The EU's single currency, the euro, has had a rough ride since its launch some 18 months ago, steadily declining in value. Nevertheless, the euro has an increasing impact on the countries of Central and East Europe. RFE/RL correspondent Breffni O'Rourke looks at a study just issued in Munich that explores what the East's relationship to the new currency should be.
Prague, 24 May 2000 (RFE/RL) -- A study issued by one of Germany's leading economic research centers says the smaller and weaker among the Eastern candidates for European Union membership should peg their currencies to the euro, even though it will be years before they are admitted as EU members.
The study, issued by the IFO Institute for Economic Research in Munich, says however that the bigger and more robust candidates have the option -- if they choose -- of following independent exchange rate policies, and letting their currencies float until they eventually join the eurozone.
The author of the study, Heidemarie Sherman, tells RFE/RL why the less developed candidates, like Romania and Bulgaria, should peg their currencies directly to the euro:
"They are really still very much behind, they have very unstable institutions, structural change has not progressed very fast, they are weak, they are subject to speculative attacks."
For this reason, those countries need the stability provided by the euro. Not that the euro in its short life has turned out to be a strong currency -- it has lost almost 25 percent of its initial value against the U.S. dollar -- but it has been able to provide internal price stability inside the huge eurozone single market.
In any event, Bulgaria's currency is already effectively pegged to the euro, through the Deutschmark, the German currency which is now incorporated into the euro. Romania, however, operates a managed float in which the euro is used only informally as a reference.
The three Baltic republics fall into a separate category, in that their post-communist transitions, particularly in the case of Estonia, have been much more successful. But according to Sherman, they too should retain or move towards a currency peg with the euro:
"The Baltic states, they are very small, so an independent monetary policy for them is not really a realistic option, so they should have a currency board, let's say, or fix their exchange rates -- what form that takes is secondary."
In fact Estonia already has a currency board with a peg to the euro through the D-mark, and Latvia has a de facto peg to a mechanism called the "special drawing right," which is attached to a basket of currencies including the U.S. dollar. Lithuania, however, is an anomaly, in that it alone among the EU eastern candidates has a peg only to the dollar.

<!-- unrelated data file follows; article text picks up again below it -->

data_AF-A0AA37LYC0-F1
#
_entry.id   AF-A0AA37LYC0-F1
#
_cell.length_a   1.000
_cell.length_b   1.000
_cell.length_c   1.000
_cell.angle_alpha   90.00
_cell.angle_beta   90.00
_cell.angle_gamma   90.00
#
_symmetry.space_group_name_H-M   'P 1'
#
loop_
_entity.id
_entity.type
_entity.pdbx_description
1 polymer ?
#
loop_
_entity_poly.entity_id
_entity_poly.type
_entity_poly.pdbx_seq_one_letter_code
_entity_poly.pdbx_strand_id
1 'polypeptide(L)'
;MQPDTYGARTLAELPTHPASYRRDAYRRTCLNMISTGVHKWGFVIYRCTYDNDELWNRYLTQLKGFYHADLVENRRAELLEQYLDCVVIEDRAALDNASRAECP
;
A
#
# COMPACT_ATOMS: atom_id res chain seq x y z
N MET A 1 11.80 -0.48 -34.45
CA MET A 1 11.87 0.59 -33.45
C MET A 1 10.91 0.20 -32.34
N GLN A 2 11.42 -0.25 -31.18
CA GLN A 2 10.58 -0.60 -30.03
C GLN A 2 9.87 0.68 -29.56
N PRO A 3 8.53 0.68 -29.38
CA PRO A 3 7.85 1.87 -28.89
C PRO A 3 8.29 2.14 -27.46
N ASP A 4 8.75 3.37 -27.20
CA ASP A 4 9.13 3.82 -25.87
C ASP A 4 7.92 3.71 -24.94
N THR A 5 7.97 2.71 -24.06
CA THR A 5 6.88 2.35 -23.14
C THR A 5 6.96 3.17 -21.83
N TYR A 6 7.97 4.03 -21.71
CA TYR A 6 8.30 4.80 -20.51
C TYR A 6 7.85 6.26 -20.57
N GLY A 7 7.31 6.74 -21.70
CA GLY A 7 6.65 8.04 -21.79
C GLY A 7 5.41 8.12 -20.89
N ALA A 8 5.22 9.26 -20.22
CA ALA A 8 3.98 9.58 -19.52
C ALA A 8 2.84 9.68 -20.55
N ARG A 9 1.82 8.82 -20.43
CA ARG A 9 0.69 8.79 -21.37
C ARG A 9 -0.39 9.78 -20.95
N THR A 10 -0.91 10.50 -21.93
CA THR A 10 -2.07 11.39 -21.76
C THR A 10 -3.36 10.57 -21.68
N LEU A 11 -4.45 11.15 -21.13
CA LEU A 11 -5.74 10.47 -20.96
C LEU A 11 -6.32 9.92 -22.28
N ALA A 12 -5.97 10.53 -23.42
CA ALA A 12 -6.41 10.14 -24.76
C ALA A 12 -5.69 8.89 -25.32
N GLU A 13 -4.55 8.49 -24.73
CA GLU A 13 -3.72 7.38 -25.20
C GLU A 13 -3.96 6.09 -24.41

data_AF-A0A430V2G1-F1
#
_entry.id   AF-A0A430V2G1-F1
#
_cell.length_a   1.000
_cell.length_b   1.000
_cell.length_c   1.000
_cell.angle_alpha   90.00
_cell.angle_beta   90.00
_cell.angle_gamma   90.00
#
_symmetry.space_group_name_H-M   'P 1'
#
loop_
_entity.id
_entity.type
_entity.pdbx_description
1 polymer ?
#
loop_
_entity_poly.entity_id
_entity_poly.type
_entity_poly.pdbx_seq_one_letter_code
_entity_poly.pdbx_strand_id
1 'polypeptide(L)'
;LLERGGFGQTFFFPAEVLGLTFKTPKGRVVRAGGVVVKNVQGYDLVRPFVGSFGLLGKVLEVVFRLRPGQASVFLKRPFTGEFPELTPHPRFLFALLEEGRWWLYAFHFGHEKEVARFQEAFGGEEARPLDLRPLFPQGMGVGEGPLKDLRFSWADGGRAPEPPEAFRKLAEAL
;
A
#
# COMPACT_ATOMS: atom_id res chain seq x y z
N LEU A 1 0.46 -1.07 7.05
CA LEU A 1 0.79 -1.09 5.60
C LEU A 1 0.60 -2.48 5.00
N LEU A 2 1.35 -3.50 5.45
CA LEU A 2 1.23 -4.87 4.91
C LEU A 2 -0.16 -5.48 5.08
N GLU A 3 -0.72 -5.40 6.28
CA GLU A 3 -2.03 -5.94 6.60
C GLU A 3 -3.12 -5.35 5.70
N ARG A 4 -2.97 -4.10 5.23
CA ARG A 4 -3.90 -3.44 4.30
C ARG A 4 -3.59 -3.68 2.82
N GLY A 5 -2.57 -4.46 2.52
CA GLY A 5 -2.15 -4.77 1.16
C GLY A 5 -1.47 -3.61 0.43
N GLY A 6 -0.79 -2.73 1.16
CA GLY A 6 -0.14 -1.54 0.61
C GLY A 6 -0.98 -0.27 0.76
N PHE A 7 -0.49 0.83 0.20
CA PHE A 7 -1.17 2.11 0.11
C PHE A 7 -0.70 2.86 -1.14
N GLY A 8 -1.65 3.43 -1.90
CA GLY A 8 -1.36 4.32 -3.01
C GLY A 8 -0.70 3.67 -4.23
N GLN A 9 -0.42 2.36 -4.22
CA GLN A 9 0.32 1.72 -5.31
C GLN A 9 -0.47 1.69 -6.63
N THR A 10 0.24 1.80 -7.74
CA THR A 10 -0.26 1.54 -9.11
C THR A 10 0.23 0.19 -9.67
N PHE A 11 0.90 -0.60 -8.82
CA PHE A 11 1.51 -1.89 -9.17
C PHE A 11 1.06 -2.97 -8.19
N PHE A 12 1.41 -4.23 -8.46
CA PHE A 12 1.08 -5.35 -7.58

The continued strength of the U.S. currency against the euro has caused considerable economic difficulties for Lithuania, because most of its trade is done with the EU, and its goods have therefore become uncompetitively priced. In view of this, the national Bank of Lithuania has announced its intention to re-peg the litas to the euro in the second half of 2001.
Moving on to the front-running countries for EU membership, the IFO study puts Poland, Hungary, the Czech Republic and Slovenia in a class of their own. Sherman:
"They are bigger, they are more advanced, they have done more structural reforms, and their institutions have been reformed to a larger extent, so those countries might not only choose, but [be able to] assert more monetary autonomy and independence in their actions, and therefore more flexibility in their exchange rates."
Sherman sees political questions, as distinct from pure economic issues, as playing a part in this question of monetary autonomy. She says the bigger candidates, particularly Poland, have become "rather proud" of their own central banking and want to keep their autonomy, at least for an interim period until they themselves join the eurozone.
But the more basic choice is one between economic policy goals. If fighting inflation is the main aim, then a government will normally favor fixing the currency's exchange rate to a stable anchor -- such as the euro is meant to be.
However, if international trade competitiveness is the primary goal, then the best course, particularly in Eastern Europe, would normally be to float the currency, on the assumption that it would fall against major currencies.
But the continuing slide in the value of the euro has complicated that conventional picture. Having a pegged link to the euro has actually increased the exposure of the Eastern candidates to inflationary pressures, because commodities like oil have to be paid for in strong dollars.
And a surprised Poland, when it fully floated its currency the zloty in April, saw it actually rise in value. That made its exports into the key eurozone market more expensive, and thus less competitive.
At any rate, the situation will eventually resolve itself. All new EU members are committed to joining the eurozone either from the moment of entry into the EU, or as soon as possible thereafter.